No doubt you are splitting your sides laughing at what you think is yet another gaffe by external affairs minister SM Krishna. This really does show a lack of perception on the part of many people when it comes to the dapper Mr Krishna.
On the face of it, he referred to a Pakistani who is lodged in an Ajmer jail as an Indian incarcerated in a Pakistani jail. The 80-year-old prisoner, said Mr Krishna, “is confined to a wheelchair… I am sure, the government of Pakistan will take a lenient view about this particular case. We will certainly pursue this at the level of the high commissioners”.
This shows you that the dear man’s heart is in the right place though he may not be a whiz at geography. Then again, we suspect, that this was no gaffe but a deliberate distortion to see how alert his colleagues were. And the ploy worked.
The redoubtable Brinda Karat, Rajiv Pratap Rudy and a few others were quick off the mark.
Earlier this year, when he mentioned in the presence of US secretary of state Hillary Clinton that India and Afghanistan are not immediate neighbours, he was misunderstood once again. Here he was not referring to geography but a distance in mindsets.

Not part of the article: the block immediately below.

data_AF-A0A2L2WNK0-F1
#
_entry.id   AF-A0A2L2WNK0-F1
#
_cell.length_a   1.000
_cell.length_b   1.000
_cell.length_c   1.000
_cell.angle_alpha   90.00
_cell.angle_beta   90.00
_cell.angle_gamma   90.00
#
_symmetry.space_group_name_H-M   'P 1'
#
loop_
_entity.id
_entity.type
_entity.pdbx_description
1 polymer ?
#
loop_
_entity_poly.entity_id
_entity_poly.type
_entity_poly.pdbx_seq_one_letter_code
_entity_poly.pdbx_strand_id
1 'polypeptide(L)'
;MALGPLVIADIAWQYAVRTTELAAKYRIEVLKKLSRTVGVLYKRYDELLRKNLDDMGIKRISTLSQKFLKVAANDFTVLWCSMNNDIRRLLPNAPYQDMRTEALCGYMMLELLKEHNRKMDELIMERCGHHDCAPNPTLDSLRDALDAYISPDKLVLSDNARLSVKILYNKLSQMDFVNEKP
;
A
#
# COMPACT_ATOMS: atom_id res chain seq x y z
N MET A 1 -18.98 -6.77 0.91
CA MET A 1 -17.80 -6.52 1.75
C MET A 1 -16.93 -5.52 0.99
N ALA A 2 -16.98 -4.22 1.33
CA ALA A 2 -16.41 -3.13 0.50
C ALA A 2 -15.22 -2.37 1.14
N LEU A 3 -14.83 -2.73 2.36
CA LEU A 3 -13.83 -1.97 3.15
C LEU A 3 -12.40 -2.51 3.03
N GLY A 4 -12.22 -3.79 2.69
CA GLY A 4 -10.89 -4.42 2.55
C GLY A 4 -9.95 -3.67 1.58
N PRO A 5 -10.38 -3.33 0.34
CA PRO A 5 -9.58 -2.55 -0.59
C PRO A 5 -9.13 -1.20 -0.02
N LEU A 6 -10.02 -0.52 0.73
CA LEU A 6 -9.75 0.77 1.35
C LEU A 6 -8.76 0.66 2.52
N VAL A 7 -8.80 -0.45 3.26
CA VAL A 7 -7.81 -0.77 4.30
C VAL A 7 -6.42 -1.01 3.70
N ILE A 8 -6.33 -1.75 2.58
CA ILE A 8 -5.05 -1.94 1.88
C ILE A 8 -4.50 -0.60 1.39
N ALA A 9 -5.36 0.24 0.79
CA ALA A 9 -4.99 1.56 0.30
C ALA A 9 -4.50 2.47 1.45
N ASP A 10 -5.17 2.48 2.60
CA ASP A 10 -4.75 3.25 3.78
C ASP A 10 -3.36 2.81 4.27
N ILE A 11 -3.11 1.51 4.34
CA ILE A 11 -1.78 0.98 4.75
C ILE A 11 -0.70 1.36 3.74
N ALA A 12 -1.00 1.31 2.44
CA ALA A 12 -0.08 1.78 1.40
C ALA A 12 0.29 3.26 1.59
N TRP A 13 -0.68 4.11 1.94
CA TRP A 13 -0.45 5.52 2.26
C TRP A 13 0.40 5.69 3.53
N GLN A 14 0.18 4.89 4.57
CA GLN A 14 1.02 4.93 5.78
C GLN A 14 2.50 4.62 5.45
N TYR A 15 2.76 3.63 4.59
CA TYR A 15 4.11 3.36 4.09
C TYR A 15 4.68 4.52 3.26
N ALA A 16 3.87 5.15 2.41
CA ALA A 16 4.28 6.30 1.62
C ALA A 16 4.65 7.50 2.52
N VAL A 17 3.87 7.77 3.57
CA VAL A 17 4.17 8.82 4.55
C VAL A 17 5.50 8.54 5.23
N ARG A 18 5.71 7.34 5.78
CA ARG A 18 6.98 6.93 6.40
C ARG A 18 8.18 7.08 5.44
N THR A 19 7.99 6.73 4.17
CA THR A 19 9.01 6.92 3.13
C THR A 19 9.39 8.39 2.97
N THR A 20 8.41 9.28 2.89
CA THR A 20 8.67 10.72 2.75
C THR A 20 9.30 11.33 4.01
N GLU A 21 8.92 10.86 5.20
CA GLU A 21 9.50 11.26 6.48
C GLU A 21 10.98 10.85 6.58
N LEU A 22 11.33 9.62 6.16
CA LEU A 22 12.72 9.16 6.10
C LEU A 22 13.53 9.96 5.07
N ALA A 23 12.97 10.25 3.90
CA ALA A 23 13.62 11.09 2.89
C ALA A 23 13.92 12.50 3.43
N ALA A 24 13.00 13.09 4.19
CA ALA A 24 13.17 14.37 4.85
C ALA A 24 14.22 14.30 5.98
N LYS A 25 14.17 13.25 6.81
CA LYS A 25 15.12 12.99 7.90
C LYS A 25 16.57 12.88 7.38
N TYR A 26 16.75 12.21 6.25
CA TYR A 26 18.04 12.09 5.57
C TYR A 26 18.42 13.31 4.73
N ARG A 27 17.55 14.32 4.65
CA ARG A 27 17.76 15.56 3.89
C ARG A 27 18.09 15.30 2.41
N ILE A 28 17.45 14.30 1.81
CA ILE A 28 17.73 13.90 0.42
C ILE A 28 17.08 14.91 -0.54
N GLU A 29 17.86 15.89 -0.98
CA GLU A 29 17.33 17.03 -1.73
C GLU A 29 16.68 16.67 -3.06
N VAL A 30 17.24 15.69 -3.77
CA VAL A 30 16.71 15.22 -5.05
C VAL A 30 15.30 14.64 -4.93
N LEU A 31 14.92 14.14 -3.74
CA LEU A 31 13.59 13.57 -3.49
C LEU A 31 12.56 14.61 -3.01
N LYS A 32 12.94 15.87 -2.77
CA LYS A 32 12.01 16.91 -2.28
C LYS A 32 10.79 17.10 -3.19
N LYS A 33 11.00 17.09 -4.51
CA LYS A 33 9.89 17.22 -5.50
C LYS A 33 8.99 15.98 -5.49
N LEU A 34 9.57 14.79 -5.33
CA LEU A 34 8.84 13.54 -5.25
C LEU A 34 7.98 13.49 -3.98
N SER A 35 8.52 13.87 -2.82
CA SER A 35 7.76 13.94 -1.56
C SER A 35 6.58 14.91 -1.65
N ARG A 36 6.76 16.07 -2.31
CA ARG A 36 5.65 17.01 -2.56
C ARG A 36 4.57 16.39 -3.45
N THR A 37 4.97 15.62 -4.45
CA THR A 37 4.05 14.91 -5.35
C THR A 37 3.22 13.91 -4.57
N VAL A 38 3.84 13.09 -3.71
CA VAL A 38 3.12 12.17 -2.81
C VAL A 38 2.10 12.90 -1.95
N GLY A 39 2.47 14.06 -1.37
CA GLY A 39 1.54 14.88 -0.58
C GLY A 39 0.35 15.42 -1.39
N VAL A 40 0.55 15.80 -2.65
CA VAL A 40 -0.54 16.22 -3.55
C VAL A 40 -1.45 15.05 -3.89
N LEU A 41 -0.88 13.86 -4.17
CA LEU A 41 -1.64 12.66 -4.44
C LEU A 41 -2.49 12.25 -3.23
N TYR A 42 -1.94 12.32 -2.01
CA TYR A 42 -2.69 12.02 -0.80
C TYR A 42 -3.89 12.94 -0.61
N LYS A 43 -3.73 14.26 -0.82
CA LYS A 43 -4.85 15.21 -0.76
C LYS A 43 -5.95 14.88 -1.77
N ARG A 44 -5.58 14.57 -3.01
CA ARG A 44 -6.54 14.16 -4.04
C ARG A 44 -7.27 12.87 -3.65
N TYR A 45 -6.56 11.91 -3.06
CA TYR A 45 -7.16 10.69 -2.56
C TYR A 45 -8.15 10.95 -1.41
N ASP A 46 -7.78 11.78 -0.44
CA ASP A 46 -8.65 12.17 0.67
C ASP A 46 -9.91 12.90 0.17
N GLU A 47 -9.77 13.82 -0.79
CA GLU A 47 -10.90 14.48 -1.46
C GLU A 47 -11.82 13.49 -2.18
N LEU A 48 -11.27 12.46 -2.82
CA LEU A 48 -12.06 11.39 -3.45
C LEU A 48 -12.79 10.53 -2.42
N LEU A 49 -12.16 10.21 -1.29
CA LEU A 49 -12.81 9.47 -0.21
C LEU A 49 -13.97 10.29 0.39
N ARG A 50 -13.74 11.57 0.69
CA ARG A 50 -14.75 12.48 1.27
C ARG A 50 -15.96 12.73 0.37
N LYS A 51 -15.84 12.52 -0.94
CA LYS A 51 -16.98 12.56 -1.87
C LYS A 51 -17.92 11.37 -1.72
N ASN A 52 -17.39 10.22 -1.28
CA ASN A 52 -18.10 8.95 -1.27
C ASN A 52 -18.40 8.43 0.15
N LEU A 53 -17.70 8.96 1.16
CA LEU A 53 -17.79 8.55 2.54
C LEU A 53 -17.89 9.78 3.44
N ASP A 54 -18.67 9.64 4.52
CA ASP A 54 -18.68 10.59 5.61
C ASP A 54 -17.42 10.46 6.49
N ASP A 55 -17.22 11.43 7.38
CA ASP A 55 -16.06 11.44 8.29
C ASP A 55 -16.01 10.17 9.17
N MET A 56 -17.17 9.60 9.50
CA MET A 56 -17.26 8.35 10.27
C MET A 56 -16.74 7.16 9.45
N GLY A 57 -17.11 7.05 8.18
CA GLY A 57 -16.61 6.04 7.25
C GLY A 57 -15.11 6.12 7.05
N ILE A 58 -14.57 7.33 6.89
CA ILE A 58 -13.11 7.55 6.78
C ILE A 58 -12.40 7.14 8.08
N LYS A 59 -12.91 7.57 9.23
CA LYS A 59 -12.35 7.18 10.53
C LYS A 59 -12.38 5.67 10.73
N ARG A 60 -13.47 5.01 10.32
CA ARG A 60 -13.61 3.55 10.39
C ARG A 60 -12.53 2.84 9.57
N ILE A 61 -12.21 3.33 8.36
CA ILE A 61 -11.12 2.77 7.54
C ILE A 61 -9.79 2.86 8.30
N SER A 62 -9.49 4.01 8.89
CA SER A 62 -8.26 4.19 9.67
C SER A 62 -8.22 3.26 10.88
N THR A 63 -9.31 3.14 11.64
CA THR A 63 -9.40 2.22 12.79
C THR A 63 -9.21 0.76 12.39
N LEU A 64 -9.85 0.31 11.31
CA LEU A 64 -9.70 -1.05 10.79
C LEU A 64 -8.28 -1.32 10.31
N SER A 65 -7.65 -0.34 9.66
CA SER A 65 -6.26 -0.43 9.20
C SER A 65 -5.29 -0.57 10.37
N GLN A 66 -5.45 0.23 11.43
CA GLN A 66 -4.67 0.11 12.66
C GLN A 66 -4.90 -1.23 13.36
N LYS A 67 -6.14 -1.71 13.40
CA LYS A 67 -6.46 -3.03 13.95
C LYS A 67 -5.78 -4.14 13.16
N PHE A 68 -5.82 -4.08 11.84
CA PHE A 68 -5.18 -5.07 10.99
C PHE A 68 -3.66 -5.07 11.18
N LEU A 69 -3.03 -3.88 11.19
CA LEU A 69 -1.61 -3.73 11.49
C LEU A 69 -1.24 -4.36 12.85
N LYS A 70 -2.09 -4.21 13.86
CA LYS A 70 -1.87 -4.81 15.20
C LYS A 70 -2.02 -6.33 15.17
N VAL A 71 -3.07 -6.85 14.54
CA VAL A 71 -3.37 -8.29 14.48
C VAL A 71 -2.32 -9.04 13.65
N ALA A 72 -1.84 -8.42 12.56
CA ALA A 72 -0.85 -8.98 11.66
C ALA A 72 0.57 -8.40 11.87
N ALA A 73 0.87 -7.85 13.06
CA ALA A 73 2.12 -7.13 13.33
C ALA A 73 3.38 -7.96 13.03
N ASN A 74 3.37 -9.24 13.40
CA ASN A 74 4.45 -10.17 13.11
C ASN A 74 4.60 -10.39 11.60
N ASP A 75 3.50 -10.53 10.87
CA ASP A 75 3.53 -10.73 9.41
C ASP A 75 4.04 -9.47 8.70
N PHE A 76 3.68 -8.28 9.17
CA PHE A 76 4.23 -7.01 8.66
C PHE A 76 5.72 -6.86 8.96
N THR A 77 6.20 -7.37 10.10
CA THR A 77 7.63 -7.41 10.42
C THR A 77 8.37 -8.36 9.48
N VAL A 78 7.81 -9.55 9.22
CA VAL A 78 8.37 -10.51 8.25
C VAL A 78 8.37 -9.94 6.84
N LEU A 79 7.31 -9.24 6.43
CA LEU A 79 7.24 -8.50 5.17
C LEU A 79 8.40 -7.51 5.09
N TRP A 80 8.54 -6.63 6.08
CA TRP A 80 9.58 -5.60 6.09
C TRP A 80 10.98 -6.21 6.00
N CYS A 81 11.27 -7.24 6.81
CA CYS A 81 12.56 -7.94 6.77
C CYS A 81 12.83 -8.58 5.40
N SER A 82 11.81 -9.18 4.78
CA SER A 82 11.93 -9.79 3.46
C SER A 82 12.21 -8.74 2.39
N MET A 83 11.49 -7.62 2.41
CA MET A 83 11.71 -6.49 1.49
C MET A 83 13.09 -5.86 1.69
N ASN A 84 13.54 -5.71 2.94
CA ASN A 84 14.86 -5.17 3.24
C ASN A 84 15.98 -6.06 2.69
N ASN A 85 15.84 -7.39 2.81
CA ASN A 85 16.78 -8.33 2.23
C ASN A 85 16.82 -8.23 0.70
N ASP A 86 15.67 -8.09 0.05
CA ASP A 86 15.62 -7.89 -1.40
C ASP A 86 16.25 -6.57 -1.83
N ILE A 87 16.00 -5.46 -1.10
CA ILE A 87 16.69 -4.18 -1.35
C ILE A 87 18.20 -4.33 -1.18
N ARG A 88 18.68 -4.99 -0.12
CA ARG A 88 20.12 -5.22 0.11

Why is that so difficult for all the Cassandras to understand? And when he started reading out the Portuguese foreign minister’s speech instead of his own at the UN Security Council earlier this year, he was just making a point that in this age of globalisation, we are all more or less saying the same thing and going down the same path.
Clearly, his brand of diplomacy and functioning are far ahead of his time, hence so many detractors.
People should focus on his strengths.
He is dab hand at tennis, which explains why he vigorously shook the new Pakistan foreign minister Hina Rabbani Khar’s hand to the point of dislocating her shoulder.
So the next time he makes a remark that may seem like a gaffe, try and look beyond it. It is not Mr Krishna who is on test but you.